Selling Music Directly To The Fans, But At What Price?
I think the reason everyone is so excited about In Rainbows is because Radiohead is going directly to the fans, bypassing the label system and the online distribution hubs like eMusic, iTunes, and Amazon. This is the model the Internet has presented for years but nobody has really taken advantage of it.
It’s true that a band nobody has heard of can’t do this (yet). It took a band with a big brand to do this. But overtime, I think things will change and allow many others to do the same. More on that later.
I said that I paid about $5US for the record. I’ve heard a number of bloggers suggest that was low. Read Write Web did a poll that suggests fans think $5-$9 is about right for a mp3 download of a entire album.
That’s interesting and if the market settles into that range, then by all means I am happy to pay more than the $5US that I voluntarily paid for In Rainbows. But I think the $5 price is a pretty decent deal for the band and here’s why.
In the traditional label system, when a CD sells for $14, about $5 goes to physical distribution, to the distributor and the retailer, leaving about $9 per CD to the label. Of that $9, about $2.50 goes to the artist (depends on the royalty rate and the songwriting credits).
In the case of In Rainbows, Radiohead is getting the entire $5 I paid (and has to pay some costs associated with the web delivery system they are using). But they are certainly getting more than they’d be getting in a traditional label deal.
Silicon Alley Insider reports that In Rainbows has been downloaded 1.3mm times in less than a week. If $5US was the average price, that’s a gross of $6.5mm in four days. I think that’s a pretty good deal for the band, probably better than they could get in a traditional label deal.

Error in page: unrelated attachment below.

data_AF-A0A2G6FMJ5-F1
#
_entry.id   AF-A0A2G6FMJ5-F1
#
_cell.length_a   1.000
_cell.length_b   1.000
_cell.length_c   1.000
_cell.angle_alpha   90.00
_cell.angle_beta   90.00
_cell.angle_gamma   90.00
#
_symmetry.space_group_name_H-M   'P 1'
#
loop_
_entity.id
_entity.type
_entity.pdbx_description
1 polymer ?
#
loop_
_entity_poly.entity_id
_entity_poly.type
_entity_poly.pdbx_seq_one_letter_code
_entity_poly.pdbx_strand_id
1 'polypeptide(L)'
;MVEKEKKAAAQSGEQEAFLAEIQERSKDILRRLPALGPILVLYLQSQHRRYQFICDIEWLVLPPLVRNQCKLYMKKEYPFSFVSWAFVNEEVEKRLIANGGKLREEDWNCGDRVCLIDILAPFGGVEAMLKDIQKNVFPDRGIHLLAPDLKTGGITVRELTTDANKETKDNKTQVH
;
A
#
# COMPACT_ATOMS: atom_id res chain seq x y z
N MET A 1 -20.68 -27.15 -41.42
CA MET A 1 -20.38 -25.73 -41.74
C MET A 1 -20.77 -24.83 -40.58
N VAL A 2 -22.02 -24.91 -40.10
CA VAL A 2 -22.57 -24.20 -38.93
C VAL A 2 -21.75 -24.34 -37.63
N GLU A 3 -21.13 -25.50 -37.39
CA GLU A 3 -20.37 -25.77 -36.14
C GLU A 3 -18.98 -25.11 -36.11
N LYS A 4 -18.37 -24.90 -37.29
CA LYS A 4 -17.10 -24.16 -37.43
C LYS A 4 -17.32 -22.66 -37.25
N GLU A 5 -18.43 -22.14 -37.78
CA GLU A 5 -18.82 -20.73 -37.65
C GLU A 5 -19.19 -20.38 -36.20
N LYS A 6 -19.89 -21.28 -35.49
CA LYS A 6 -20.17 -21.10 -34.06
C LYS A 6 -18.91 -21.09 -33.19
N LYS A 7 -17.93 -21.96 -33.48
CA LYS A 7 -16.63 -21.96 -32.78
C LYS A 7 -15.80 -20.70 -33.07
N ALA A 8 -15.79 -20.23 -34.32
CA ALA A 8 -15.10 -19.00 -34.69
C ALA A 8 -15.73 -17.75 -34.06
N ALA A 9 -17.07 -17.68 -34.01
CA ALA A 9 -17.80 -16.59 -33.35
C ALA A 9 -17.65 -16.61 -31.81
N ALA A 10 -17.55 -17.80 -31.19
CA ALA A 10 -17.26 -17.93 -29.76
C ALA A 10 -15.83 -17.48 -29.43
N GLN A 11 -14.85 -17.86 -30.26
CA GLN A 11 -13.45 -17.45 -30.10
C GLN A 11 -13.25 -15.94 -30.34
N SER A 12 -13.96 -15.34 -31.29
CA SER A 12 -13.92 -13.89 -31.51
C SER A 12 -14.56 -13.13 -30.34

But one thing that puts a wrench in all of this is that Radiohead is going to release the album on CD early next year through a traditional label deal. So everyone who paid for the download now feels that they might want the CD too. I really don’t understand why anyone would want the CD except for better sound quality. So, maybe Radiohead should have offered high bit rate mp3s, or even better AAC or FLAC.
If the technology platform that Radiohead is using were available to every artist in the world for a very low fee per download (say $0.25 per download), then we could see a lot of bands choose to sell their music this way.
Then we’d need some kind of marketplace to emerge to source up the most interesting music and point to the download services for each artist. That marketplace could even be advertising supported so that it wouldn’t need to charge for the "marketing services" it provides the artists. That’s how digg works today to surface interesting stories.
At $5 per download, an emerging band would only have to sell 25,000 downloads to make a decent amount of money off their music. The system that exists today sucks up so much money on marketing and distribution that 25,000 CDs makes no money for anyone. And that’s why we need a new model, the kind of model that Radiohead is pointing towards.